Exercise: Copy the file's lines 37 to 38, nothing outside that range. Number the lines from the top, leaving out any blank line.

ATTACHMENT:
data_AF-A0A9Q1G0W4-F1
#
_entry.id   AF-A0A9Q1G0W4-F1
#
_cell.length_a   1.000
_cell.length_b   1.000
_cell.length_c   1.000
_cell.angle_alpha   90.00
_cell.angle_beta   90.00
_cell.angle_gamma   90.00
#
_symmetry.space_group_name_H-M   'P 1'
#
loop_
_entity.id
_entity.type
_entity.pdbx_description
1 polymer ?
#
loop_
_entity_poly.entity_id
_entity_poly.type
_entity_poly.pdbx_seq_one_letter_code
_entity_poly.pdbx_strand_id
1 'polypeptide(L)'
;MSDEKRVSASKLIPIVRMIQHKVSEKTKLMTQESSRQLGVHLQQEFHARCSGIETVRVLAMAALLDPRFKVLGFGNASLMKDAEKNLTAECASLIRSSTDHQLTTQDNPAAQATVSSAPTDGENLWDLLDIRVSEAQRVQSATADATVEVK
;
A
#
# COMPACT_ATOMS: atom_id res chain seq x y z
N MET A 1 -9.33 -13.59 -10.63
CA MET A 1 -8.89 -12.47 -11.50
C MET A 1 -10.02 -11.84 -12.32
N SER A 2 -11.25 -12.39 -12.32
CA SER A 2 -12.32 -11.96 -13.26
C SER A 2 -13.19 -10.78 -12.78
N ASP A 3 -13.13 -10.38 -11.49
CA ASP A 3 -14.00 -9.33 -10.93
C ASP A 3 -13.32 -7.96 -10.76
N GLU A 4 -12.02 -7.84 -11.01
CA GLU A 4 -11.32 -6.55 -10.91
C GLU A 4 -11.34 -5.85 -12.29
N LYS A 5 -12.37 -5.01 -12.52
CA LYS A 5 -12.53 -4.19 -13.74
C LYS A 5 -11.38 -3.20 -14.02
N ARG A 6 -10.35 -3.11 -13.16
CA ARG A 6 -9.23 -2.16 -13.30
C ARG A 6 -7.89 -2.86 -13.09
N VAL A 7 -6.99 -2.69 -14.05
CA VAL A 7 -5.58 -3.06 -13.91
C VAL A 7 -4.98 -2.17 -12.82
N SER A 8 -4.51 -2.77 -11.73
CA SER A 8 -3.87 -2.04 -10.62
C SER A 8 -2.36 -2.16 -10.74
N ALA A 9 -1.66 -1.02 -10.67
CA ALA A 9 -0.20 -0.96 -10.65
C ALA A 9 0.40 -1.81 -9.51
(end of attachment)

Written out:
N ASP A 3 -13.13 -10.38 -11.49
CA ASP A 3 -14.00 -9.33 -10.93